JUST being in the stands for Sunday’s re-run of the England v West Germany 1990 World Cup semi-final at St James’s Park was a privilege.
The game was played to raise funds for the Sir Bobby Robson Foundation, the charity he set up to help others survive the disease which ultimately defeated him, but only after extra time.
It was a dull match, as these things always are. Watching out-of-breath, overweight, long-retired former footballers waddling around a field trying to recapture past glories is rarely an edifying experience. It was not long before the first Mexican wave – normally a surefire sign of supporter boredom – rippled around the stadium.
But for me and most of the 33,000 fans, the 90 minutes of low-tempo football were irrelevant in the grand scheme of things.
Yes, you read that correctly: 33,000 fans.
Some from beyond this region might dismiss the attendance as just another indication of how football daft the North East is. But sitting in the same ground three days later – this time from the Press box rather than the Gallowgate End – as a muted 16,000 crowd bolstered and enlivened only by a hefty contingent of Leeds United supporters watched Newcastle United’s only home friendly of the pre-season, put Sunday’s gate into perspective.
We weren’t even there to contribute to Sir Bobby’s cancer foundation. If that was all we wanted to do, we could have stuck our £10 or £15 in the post and gone to the pub. We were there because we wanted to see Sir Bobby (knowing it might well be for the last time) and for him to see us.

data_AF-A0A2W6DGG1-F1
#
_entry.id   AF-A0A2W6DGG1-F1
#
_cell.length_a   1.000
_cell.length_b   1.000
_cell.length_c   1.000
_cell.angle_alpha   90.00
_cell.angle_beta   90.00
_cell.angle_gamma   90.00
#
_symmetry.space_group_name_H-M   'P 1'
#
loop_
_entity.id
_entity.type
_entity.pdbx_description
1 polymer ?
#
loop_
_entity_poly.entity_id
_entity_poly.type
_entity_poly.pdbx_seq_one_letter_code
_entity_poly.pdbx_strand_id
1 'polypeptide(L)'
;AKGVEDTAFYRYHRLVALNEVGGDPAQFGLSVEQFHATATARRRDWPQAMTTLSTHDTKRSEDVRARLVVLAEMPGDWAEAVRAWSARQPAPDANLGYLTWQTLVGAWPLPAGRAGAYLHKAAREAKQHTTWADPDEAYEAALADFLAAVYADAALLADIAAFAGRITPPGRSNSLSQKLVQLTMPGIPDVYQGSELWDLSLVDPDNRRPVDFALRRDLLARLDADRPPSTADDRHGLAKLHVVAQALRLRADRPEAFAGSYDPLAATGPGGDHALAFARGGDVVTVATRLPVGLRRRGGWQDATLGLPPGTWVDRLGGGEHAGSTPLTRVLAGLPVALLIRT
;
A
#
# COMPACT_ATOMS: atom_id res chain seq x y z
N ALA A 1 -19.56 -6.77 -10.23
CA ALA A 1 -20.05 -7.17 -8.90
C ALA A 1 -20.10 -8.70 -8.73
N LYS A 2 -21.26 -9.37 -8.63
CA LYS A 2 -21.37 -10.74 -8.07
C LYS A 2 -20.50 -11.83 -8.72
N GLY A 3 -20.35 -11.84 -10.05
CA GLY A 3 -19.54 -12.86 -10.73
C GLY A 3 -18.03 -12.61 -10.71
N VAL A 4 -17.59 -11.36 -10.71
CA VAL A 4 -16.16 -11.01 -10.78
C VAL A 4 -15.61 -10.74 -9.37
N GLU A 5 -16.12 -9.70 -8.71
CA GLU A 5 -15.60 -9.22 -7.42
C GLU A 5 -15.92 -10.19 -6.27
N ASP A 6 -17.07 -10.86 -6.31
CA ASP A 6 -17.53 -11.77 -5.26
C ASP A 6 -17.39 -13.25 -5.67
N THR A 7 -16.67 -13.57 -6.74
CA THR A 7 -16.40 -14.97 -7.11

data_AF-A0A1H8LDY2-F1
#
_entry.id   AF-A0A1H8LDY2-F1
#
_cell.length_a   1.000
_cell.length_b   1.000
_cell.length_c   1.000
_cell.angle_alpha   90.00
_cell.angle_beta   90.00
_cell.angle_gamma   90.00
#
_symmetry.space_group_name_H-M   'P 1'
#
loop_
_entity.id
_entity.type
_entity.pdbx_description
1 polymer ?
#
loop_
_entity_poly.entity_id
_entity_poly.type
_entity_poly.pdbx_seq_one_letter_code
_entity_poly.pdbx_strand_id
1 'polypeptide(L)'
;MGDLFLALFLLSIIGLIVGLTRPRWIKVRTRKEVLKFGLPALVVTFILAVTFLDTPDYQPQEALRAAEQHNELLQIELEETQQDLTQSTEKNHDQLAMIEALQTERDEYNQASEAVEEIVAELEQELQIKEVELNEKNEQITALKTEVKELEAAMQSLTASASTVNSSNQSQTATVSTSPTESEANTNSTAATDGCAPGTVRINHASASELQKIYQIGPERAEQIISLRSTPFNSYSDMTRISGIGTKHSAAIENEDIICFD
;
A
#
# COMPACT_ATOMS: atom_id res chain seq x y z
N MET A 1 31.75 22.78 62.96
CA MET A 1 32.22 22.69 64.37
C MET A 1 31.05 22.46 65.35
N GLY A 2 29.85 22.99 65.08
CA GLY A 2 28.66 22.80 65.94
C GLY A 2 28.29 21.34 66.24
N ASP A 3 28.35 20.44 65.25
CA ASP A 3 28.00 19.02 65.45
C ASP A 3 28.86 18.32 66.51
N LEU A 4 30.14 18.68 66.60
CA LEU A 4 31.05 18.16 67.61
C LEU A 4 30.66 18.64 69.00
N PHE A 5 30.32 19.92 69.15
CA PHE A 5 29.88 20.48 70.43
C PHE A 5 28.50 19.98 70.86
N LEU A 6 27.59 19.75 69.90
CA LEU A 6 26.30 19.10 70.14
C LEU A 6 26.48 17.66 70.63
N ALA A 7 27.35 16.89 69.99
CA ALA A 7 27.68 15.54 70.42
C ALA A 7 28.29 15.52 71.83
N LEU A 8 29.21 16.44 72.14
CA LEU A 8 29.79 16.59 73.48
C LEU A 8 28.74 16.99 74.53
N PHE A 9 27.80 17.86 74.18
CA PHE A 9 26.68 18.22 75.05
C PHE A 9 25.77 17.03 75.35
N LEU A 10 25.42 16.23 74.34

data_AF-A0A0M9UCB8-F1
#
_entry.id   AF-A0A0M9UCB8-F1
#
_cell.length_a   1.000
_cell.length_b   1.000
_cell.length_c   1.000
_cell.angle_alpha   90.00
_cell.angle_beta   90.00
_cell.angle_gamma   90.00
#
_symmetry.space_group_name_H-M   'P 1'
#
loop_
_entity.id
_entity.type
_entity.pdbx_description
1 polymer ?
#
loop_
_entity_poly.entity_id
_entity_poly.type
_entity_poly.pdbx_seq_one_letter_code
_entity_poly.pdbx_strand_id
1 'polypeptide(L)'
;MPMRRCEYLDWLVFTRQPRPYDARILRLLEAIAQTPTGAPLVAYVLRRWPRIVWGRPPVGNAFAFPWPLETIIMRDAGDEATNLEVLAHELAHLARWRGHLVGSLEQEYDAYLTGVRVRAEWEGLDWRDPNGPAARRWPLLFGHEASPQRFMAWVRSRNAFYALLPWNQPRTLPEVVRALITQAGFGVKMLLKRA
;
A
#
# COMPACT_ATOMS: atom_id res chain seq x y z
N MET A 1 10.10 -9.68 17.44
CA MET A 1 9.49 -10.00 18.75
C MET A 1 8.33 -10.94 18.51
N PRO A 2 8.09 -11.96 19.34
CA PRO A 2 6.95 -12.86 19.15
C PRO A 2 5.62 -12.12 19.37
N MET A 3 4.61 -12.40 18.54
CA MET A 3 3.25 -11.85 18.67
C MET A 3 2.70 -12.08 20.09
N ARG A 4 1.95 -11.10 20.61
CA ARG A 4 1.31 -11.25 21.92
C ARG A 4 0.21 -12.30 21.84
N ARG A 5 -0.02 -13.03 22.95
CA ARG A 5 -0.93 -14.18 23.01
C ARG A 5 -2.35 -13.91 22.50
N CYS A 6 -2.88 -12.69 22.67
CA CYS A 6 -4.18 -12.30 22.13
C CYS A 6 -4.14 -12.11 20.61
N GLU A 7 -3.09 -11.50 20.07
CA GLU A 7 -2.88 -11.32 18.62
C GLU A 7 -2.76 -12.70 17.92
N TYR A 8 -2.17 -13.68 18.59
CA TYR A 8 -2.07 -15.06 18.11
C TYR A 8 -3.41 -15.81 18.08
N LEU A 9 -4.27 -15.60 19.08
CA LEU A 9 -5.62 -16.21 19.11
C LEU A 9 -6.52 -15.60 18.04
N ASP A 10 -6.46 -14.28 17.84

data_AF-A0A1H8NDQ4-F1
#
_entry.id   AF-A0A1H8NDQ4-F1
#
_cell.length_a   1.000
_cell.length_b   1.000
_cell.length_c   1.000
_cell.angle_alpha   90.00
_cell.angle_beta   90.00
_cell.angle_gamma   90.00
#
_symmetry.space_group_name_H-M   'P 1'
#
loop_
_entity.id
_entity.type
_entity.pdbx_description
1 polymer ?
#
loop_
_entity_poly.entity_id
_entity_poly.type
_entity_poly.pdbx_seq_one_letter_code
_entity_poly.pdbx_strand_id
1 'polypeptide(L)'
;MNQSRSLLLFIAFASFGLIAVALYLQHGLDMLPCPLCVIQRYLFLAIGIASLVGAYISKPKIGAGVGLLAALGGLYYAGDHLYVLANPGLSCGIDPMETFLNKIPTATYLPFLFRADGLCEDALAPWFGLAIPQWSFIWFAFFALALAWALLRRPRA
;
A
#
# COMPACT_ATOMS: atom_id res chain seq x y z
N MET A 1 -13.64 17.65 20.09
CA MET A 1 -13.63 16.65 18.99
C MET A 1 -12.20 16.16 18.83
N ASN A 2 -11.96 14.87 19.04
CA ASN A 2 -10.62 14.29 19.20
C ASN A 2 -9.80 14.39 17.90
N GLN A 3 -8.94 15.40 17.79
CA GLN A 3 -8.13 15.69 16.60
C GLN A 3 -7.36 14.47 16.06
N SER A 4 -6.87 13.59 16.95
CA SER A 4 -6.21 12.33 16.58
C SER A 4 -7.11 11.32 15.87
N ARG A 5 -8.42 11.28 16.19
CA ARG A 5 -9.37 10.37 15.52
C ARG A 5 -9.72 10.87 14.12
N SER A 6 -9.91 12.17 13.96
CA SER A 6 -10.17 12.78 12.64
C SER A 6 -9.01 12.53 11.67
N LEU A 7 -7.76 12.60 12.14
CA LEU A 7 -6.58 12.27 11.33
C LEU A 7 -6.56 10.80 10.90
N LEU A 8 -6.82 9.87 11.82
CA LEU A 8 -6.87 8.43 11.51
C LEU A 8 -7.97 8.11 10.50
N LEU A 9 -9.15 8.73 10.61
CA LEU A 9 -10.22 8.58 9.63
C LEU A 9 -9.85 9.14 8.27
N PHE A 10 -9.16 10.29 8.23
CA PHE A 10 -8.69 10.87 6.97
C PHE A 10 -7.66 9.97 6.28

Many people have to wait until they die before others start saying nice things about them, this was an opportunity to show Sir Bobby what we thought of him while he was still there to see it.
When we did, it was a sobering moment. “He’s in a wheelchair!” gasped the friend next to me as Sir Bobby made his appearance to the backdrop of an emotional standing ovation which seemed to go on forever. Even from our great distance, it was clear he was every bit as frail as a 76-year-old fighting cancer for the fifth and final time should be.
The players were lined up in front of the main stand to shake hands with Sir Bobby as he passed slowly down the line.
If watching the faded stars in action was at times difficult, then actually playing on a warm early evening in July must have been tortuous for some of those taking part, many of whom reluctantly gave up the game through injury.
Yet the sheer number who agreed to play spoke volumes for the respect Sir Bobby had within the football community.
In the stands, the carnival atmosphere extended way beyond the Mexican waves, with numerous chants of “One Bobby Robson” once the lumps in the throats had cleared long enough to let them out.
If we were emotional, goodness knows how the man in the wheelchair felt.
Sir Bobby had confounded medical opinion – yet again – just to make it to his big day. I hope it was worth the wait.